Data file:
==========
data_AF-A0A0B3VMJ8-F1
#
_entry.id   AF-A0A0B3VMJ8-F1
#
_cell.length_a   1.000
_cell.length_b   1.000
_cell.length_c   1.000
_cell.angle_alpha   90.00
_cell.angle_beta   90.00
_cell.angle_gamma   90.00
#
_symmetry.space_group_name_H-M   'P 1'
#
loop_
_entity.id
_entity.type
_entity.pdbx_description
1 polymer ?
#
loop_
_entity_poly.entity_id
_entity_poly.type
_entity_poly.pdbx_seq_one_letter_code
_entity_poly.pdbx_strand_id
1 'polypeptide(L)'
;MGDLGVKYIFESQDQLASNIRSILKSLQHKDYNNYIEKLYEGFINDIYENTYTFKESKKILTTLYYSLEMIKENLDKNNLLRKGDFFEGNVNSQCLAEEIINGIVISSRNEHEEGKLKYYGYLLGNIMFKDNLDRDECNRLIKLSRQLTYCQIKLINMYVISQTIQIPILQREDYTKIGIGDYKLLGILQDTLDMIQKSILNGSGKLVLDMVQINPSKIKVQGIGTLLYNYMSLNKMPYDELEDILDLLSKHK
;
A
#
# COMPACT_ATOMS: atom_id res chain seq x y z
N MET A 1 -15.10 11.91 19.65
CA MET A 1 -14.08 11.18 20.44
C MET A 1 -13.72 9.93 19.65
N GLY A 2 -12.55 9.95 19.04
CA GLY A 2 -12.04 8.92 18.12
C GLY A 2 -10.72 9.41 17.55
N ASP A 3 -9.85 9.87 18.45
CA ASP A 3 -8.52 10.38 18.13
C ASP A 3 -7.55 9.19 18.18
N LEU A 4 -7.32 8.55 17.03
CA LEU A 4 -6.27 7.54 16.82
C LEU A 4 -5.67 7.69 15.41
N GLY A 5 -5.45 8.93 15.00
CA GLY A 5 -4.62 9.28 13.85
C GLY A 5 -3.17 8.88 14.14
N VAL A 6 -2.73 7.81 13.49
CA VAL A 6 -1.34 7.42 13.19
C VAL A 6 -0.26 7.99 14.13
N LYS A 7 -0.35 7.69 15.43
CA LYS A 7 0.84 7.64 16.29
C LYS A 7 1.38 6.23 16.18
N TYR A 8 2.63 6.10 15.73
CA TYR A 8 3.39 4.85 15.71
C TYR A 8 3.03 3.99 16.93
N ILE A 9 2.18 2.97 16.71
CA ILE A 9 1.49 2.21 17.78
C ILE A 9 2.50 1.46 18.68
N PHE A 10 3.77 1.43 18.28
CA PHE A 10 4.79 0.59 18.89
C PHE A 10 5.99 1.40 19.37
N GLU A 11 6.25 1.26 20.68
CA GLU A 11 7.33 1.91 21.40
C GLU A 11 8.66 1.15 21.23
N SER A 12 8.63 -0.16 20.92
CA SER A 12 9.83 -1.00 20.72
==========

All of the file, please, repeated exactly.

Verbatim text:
data_AF-A0A0B3VMJ8-F1
#
_entry.id   AF-A0A0B3VMJ8-F1
#
_cell.length_a   1.000
_cell.length_b   1.000
_cell.length_c   1.000
_cell.angle_alpha   90.00
_cell.angle_beta   90.00
_cell.angle_gamma   90.00
#
_symmetry.space_group_name_H-M   'P 1'
#
loop_
_entity.id
_entity.type
_entity.pdbx_description
1 polymer ?
#
loop_
_entity_poly.entity_id
_entity_poly.type
_entity_poly.pdbx_seq_one_letter_code
_entity_poly.pdbx_strand_id
1 'polypeptide(L)'
;MGDLGVKYIFESQDQLASNIRSILKSLQHKDYNNYIEKLYEGFINDIYENTYTFKESKKILTTLYYSLEMIKENLDKNNLLRKGDFFEGNVNSQCLAEEIINGIVISSRNEHEEGKLKYYGYLLGNIMFKDNLDRDECNRLIKLSRQLTYCQIKLINMYVISQTIQIPILQREDYTKIGIGDYKLLGILQDTLDMIQKSILNGSGKLVLDMVQINPSKIKVQGIGTLLYNYMSLNKMPYDELEDILDLLSKHK
;
A
#
# COMPACT_ATOMS: atom_id res chain seq x y z
N MET A 1 -15.10 11.91 19.65
CA MET A 1 -14.08 11.18 20.44
C MET A 1 -13.72 9.93 19.65
N GLY A 2 -12.55 9.95 19.04
CA GLY A 2 -12.04 8.92 18.12
C GLY A 2 -10.72 9.41 17.55
N ASP A 3 -9.85 9.87 18.45
CA ASP A 3 -8.52 10.38 18.13
C ASP A 3 -7.55 9.19 18.18
N LEU A 4 -7.32 8.55 17.03
CA LEU A 4 -6.27 7.54 16.82
C LEU A 4 -5.67 7.69 15.41
N GLY A 5 -5.45 8.93 15.00
CA GLY A 5 -4.62 9.28 13.85
C GLY A 5 -3.17 8.88 14.14
N VAL A 6 -2.73 7.81 13.49
CA VAL A 6 -1.34 7.42 13.19
C VAL A 6 -0.26 7.99 14.13
N LYS A 7 -0.35 7.69 15.43
CA LYS A 7 0.84 7.64 16.29
C LYS A 7 1.38 6.23 16.18
N TYR A 8 2.63 6.10 15.73
CA TYR A 8 3.39 4.85 15.71
C TYR A 8 3.03 3.99 16.93
N ILE A 9 2.18 2.97 16.71
CA ILE A 9 1.49 2.21 17.78
C ILE A 9 2.50 1.46 18.68
N PHE A 10 3.77 1.43 18.28
CA PHE A 10 4.79 0.59 18.89
C PHE A 10 5.99 1.40 19.37
N GLU A 11 6.25 1.26 20.68
CA GLU A 11 7.33 1.91 21.40
C GLU A 11 8.66 1.15 21.23
N SER A 12 8.63 -0.16 20.92
CA SER A 12 9.83 -1.00 20.72